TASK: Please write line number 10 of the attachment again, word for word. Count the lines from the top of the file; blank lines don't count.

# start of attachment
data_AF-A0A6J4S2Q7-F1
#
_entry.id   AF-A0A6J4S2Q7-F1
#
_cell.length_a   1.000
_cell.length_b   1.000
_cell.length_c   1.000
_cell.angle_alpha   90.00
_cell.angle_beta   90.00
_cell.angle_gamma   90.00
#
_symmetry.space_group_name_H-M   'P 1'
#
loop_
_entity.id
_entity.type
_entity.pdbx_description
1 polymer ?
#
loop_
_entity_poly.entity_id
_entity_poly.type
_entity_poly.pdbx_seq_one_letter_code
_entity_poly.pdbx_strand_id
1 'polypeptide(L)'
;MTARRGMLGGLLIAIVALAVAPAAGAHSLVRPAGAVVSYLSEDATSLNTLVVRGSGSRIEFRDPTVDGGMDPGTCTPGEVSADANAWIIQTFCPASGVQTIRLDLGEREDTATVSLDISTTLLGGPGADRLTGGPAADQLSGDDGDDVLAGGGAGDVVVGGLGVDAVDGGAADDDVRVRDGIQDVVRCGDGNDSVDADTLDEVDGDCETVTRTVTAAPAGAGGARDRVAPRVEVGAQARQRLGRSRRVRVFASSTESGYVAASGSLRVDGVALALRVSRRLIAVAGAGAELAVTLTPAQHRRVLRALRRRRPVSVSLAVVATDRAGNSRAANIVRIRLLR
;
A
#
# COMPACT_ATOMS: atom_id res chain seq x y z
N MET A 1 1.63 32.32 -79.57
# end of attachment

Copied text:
_cell.angle_gamma   90.00